Some are blaming the nicer weather in the Northeast United States. Of course, the poorer weather conditions across much of the west tend to contradict such thought. Others claim it is simply delayed. And many others just don’t know how to explain it. But all the same, people aren’t falling dead all over the country due to influenza and that’s probably hurting flu shot sales.
The CDC is worried, however, that the ‘delayed flu season,’ as they are terming it, is contributing to lower turnout for the flu shot. Which is to say, the CDC isn’t taking any blame for distributing a flu shot exactly one year ago that completely and totally failed. It was only one year ago that people filled the emergency rooms nationwide on Christmas with severe flu symptoms. Was the flu strain worse or were more people taking flu shots? Funny how we never allow ourselves a chance to really digest the metrics on these things.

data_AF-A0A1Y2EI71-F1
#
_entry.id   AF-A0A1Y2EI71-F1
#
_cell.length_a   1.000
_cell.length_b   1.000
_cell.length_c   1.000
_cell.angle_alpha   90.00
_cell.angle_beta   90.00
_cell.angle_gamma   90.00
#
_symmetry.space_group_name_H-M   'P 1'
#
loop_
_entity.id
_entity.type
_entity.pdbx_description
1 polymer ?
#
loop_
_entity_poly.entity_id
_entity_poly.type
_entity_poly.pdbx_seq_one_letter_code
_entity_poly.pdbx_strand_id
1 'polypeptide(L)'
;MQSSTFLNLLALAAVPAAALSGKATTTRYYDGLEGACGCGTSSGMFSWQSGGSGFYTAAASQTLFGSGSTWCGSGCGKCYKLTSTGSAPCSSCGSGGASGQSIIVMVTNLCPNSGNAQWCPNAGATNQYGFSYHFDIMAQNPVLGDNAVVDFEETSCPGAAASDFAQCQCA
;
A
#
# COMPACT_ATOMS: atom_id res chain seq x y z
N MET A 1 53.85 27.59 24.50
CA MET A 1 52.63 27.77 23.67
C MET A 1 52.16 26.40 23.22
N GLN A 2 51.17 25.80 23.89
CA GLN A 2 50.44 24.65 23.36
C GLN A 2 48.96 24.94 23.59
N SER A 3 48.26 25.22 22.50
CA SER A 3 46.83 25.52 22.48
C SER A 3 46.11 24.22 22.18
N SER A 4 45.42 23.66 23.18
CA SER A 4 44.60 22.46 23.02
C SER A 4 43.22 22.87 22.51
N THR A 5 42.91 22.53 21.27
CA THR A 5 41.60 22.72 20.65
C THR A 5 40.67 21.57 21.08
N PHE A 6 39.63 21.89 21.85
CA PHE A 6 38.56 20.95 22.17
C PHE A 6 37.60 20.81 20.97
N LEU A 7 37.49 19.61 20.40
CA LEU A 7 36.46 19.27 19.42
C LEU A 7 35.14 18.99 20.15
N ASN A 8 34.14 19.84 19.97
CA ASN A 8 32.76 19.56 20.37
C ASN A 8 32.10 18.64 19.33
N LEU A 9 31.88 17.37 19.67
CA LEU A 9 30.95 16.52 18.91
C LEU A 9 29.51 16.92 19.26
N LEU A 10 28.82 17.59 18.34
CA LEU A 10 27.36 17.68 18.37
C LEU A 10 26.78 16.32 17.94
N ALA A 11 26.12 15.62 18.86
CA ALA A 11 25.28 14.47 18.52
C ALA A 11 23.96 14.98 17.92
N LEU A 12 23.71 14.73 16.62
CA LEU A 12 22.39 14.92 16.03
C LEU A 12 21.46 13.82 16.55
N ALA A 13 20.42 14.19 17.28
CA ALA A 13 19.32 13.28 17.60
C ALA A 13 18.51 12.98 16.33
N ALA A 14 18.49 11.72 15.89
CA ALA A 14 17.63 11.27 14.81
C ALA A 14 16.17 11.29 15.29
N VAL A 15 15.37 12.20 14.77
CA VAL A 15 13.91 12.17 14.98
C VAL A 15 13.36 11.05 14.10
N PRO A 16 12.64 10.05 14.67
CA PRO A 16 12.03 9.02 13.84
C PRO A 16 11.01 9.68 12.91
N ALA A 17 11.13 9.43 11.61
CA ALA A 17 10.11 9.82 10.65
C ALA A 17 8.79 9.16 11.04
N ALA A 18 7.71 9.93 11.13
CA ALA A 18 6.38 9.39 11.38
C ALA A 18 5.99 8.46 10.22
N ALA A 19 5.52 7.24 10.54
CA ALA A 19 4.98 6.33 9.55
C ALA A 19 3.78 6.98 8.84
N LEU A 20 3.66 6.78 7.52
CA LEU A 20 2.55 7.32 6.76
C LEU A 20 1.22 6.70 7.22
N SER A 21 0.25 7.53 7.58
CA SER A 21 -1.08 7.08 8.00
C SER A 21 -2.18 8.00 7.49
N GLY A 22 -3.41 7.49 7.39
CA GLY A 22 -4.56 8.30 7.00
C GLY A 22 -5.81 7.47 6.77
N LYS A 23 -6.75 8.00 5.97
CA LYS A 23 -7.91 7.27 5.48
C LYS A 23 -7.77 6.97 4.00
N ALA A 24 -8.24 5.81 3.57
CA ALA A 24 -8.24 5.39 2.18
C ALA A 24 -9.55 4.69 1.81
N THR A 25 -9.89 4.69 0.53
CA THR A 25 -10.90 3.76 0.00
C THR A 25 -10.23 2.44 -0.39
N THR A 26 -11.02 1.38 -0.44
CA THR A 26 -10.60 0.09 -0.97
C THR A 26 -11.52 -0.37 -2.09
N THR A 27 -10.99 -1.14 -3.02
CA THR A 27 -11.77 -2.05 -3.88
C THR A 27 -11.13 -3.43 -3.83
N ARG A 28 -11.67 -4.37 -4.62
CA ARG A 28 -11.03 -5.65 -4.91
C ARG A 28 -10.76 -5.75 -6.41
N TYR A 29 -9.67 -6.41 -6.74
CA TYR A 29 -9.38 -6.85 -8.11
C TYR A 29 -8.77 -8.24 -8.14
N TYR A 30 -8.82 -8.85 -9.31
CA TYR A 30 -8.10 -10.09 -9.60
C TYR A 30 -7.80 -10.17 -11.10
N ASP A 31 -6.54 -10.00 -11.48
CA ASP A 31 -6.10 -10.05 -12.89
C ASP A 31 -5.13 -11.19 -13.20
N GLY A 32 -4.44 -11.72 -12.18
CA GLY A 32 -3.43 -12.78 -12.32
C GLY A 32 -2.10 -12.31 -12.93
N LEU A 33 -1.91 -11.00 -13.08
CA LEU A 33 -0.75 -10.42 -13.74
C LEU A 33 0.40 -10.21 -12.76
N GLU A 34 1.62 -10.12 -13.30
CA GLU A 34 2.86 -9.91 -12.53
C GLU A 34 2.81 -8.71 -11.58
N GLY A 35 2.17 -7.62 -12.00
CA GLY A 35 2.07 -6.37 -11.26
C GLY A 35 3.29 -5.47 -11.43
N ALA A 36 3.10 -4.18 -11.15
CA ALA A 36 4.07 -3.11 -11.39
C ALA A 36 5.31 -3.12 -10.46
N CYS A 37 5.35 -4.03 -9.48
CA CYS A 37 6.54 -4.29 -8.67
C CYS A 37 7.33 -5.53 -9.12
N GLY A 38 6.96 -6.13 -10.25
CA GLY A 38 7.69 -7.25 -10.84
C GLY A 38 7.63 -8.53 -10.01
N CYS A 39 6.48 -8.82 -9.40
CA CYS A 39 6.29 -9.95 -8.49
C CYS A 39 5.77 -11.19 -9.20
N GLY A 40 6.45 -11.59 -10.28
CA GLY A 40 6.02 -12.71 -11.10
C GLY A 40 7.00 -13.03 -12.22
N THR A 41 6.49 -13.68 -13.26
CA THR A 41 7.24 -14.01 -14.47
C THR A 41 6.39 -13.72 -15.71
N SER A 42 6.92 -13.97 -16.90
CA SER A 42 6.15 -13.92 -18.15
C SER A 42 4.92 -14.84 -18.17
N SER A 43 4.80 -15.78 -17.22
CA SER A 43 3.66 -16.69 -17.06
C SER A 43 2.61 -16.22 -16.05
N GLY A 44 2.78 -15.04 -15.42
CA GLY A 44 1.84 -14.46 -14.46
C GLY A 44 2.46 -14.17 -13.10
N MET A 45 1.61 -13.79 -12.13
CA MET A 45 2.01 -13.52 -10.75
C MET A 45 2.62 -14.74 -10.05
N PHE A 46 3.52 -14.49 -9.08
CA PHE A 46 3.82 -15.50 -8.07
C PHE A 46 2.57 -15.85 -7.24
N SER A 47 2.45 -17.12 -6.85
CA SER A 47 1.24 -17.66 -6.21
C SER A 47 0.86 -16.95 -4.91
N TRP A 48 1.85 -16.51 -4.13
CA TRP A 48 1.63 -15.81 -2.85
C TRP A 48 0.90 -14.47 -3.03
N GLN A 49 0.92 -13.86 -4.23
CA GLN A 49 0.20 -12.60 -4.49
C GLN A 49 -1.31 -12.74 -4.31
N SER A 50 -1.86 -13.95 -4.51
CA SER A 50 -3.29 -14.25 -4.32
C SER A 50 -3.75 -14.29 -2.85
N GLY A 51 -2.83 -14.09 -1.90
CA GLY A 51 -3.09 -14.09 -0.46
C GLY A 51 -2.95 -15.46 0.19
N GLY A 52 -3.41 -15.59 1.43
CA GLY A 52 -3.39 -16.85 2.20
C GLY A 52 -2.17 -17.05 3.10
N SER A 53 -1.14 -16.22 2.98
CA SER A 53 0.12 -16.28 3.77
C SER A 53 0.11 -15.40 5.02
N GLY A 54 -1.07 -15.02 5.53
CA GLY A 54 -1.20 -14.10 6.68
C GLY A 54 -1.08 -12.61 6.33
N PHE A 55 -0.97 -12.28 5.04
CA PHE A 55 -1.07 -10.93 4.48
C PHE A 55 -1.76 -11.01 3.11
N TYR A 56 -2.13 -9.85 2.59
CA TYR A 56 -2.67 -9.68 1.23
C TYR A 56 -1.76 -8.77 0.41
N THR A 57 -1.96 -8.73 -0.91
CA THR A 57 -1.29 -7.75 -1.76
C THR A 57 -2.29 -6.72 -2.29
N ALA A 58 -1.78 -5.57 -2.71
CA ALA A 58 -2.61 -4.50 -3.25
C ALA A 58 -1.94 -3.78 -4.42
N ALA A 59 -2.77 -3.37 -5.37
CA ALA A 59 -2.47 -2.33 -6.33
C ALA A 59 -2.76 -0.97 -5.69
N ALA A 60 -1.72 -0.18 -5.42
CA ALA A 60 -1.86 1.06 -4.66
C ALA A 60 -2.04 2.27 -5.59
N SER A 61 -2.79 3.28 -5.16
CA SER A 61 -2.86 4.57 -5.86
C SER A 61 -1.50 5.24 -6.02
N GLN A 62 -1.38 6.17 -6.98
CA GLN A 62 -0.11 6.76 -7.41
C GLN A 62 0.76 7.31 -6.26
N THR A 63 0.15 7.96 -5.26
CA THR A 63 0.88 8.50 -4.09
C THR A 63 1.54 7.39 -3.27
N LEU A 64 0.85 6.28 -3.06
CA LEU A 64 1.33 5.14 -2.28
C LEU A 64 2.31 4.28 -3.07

So now the flu season’s anticipated eruption is February. This gives the CDC an extended period of time to push the flu shot. Of course, come February, that marker will be pushed to April (and so on).
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Via Scientific American.
According to the new model, there’s a less than 1 percent chance that the flu season will peak before January in most of the country, and a less than 20 percent chance that it will peak in January.
On the other hand, there’s a 57 percent chance that flu season will peak in February. That would be relatively late — the last three flu seasons have all peaked in December, said Dave Osthus, a researcher at Los Alamos National Laboratory who leads the flu forecast project.
The new model also predicts that this flu season will be mild, meaning there will be fewer flu cases than in a typical flu season.
A year following a huge flu season with large flu shot turnout is seemingly mild with lower flu shot turnout. Maybe the flu shot itself is a variable we should consider? It would seem to me we should have no trouble explaining this ‘phenomenon’ at all. More flu shots seem to equal more flu. And less flu shots seem to equal milder cases of the flu.